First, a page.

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Enduring Power of Attorney

Many of us dedicate extensive thought and resources to planning for what happens after our death. We carefully consider our Last Will and Testament, taking into account all eventualities. Yet, most of us don't give any thought as to who will care for us if, G-D forbid, we become unable to make decisions and look after ourselves.

A recent amendment to the Legal Capacity & Guardianship Law (1962), introduced a new tool into the Israeli legal arena—the "Enduring Power of Attorney" (EPA). This enables appointing a trusted person (or persons) to make decisions on our behalf, should we become incapacitated or incapable of making decisions. The EPA can specify who will manage our money/property or who will make medical decisions if we lack the mental capacity to do so ourselves, for reasons including Alzheimer's or an accident. The EPA also allows us to provide guidelines for our preferred method of care. We can now make these crucial decisions, while we are still competent. We should not leave these important decisions to others!

Until the recent amendment, if, for example, a person was incapable of taking care of himself due to dementia, banks would not allow him or his family members to access his bank account without a court appointed legal guardian (in Hebrew: an "Apotropos").

The requirement that a legal guardian only be appointed by means of a court order raises several difficulties. First, it requires the courts' supervision, the intervention and control of the Administrator General's office (in Hebrew: the "Apotropus Haklali"), the filing of paperwork and financial reports, the collection of documents, receipts, and more, and consequently it is a costly and cumbersome process. More importantly, according to this mechanism, it is the court that decides for the incapacitated person who should take care of him/her and how the assets and affairs should be handled. Indeed, the courts generally appoint a family member to act as the guardian; however, that person is not necessarily the one we would choose to make crucial decisions for us and to handle our finances and other matters. Family members do not necessarily have the time, knowhow or ability to act as we would want. Additionally, appointing family members as guardians has potential sensitivities. For example, sibling rivalry may complicate issues such as how to spend money, who should control financial matters, the preferred healthcare strategy, etc. (This is particularly sensitive considering that the more resources spent during the period of incapacity means the less money left for future beneficiaries to inherit). Furthermore, family members may be reluctant to make medical decisions for their loved ones that contradict their own beliefs or conscience.

Enduring Power of Attorney (EPA)

The EPA is a legal instrument which allows someone to appoint a person or persons whom he/she trusts to make decisions, should they become incapacitated or unable to make independent decisions. The EPA can include guidelines to a wide range of subjects such as management of assets and investments, welfare activities and healthcare preferences. Examples of EPA provisions include: choice of a doctor, private healthcare, residence in a five-star nursing home, home care, a list of must-do activities (e.g. yoga class twice a week, walks, daily synagogue prayers, hair and nail care), dietary requests, donations, etc. Such guidelines provide the appointees with the direction and legitimacy to spend the appointing person's funds and time in accordance with predetermined wishes.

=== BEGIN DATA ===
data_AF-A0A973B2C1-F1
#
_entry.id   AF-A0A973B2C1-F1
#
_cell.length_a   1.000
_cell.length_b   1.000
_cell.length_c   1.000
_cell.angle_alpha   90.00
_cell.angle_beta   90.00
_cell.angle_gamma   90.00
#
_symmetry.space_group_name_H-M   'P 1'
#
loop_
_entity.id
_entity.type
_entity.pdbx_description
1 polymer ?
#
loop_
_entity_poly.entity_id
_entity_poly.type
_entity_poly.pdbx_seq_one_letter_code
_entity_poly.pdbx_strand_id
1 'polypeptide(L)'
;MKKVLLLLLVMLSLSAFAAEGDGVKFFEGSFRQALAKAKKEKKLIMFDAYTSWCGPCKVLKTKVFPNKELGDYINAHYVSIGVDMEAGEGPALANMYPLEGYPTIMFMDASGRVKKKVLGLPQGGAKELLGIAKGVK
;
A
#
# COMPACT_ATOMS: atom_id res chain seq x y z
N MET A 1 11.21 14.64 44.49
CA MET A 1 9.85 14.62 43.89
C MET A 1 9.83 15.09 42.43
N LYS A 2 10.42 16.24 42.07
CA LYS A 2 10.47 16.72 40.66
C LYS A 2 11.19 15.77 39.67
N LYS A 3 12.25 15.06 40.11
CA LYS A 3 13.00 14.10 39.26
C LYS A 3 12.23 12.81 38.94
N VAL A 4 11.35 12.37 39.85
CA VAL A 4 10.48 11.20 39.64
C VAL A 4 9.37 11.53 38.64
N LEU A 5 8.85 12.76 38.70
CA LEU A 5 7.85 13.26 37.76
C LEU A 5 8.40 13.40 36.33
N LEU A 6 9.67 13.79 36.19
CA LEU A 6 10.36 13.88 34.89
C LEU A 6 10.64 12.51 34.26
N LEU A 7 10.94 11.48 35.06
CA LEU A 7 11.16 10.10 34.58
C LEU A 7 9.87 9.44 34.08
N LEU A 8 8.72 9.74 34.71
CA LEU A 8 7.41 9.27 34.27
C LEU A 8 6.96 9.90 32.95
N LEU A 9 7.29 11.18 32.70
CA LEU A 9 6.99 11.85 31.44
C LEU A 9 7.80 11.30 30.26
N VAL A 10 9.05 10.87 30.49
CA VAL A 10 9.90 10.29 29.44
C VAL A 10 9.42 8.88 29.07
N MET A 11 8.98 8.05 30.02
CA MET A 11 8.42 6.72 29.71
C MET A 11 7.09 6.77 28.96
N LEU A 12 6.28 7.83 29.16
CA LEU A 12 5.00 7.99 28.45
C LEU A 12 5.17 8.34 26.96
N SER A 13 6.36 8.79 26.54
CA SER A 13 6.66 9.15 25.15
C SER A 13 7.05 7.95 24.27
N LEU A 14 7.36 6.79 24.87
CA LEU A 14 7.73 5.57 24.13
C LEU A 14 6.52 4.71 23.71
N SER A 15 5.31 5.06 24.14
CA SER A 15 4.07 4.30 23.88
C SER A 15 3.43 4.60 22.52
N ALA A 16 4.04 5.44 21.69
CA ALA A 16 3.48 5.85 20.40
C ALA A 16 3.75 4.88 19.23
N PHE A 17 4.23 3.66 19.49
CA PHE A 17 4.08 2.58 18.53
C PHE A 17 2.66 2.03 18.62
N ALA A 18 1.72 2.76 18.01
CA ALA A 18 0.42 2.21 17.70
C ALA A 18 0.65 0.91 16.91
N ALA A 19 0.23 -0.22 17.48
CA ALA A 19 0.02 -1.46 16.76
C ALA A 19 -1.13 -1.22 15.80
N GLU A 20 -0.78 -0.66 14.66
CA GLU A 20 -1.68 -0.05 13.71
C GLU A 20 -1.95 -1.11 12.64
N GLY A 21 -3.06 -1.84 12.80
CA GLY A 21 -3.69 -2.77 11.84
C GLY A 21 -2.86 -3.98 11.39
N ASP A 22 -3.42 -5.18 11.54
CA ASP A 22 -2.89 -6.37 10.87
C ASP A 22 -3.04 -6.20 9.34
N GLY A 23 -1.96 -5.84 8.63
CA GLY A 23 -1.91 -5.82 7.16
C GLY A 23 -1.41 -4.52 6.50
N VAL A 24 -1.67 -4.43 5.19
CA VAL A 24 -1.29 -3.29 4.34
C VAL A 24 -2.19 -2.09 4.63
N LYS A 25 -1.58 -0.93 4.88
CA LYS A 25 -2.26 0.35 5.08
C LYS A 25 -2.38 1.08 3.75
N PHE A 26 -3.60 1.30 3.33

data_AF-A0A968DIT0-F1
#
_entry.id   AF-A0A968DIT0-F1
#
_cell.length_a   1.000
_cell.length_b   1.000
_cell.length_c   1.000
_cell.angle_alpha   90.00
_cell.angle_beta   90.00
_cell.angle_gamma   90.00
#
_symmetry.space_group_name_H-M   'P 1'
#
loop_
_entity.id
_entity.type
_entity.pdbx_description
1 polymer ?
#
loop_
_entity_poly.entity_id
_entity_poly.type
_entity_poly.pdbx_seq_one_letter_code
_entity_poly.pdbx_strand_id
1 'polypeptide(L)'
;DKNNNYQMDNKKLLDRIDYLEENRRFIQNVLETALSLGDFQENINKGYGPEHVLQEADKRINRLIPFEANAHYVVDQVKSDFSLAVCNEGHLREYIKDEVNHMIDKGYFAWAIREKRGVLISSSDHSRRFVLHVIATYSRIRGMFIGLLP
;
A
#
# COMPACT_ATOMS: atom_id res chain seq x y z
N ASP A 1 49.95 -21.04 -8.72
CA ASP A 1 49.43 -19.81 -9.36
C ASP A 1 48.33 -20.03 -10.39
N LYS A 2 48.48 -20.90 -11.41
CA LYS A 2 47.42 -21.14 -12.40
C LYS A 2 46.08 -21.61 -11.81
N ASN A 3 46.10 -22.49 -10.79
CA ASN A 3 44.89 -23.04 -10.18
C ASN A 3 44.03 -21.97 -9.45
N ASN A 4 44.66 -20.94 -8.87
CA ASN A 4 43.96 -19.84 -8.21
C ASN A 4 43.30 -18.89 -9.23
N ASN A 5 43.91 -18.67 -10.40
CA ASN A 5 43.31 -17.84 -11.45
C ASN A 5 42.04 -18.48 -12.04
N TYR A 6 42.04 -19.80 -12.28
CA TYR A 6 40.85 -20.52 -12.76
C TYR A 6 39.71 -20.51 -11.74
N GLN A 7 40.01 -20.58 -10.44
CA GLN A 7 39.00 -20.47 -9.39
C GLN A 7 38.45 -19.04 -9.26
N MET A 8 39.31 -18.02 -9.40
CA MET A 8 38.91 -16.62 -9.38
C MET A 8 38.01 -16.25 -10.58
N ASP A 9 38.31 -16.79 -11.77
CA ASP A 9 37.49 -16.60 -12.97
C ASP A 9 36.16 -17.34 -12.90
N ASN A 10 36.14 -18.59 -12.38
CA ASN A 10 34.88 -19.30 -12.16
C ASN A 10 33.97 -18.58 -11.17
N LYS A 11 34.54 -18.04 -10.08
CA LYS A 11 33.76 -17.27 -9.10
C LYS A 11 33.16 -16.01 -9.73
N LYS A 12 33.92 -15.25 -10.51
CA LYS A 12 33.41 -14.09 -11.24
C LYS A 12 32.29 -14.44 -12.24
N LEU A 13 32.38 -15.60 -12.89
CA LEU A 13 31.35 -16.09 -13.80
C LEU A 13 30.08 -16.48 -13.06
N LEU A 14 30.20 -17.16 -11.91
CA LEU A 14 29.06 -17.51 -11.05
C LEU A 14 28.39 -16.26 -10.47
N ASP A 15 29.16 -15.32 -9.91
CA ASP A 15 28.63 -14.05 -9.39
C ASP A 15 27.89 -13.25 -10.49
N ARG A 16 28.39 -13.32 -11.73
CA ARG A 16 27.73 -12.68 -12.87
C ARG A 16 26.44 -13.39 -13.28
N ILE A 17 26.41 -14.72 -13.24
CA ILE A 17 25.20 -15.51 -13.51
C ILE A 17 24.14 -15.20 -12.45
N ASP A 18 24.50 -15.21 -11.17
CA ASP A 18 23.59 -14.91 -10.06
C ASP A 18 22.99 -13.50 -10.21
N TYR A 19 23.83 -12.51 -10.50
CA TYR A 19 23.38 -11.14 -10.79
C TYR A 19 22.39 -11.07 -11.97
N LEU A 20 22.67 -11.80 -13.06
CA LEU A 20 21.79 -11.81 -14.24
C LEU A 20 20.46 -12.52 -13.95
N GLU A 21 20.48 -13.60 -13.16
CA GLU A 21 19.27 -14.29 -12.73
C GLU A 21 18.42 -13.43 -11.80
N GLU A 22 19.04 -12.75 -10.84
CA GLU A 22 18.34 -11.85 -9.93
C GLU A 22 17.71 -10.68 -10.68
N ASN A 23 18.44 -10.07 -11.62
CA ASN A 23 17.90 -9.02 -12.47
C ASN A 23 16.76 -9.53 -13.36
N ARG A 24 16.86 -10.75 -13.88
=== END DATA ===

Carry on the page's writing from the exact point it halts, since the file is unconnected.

In an EPA, the appointing person can also choose several appointees to take care of his/her affairs, jointly or separately, and/or appoint a separate appointee for each type of decision—i.e., medical, financial or welfare-related.

An additional important feature of the EPA is that it allows the appointing person to stipulate the conditions upon which it shall become effective, as well as the person who decides if such conditions have been fulfilled. The EPA can be altered or cancelled at any time by the appointing person.

For an EPA to be enforceable, it must be drafted by a lawyer who has been certified by the Administrator General for this purpose, signed by the appointing person, and submitted to the Administrator General's office through a designated on-line platform. This submission must be accompanied by the appointee's consent to act as stipulated in the EPA.

We all hope to live a long, healthy, and fulfilling life, but we cannot afford to be oblivious to the possibility that at some point we may need someone else to look after us and our interests. An EPA allows us to prepare for such a scenario and ensures us peace of mind, knowing that someone we trust will look after us and our affairs, respecting our wishes, needs and aspirations.

Please note: The information contained herein is general in nature, is provided for informational purposes only, and should not be construed as legal or financial advice. You should consult with a certified lawyer before making any decisions in respect of the subject matters contained herein.

Judy Rinot, Attorney and Notary
1 Shwartz St. Raanana 43212 Israel
Tel: +972-9-744-0110/2 Fax: +972-9-744-0114

Email: This email address is being protected from spambots. You need JavaScript enabled to view it. 



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Wednesday, 17 July 2024

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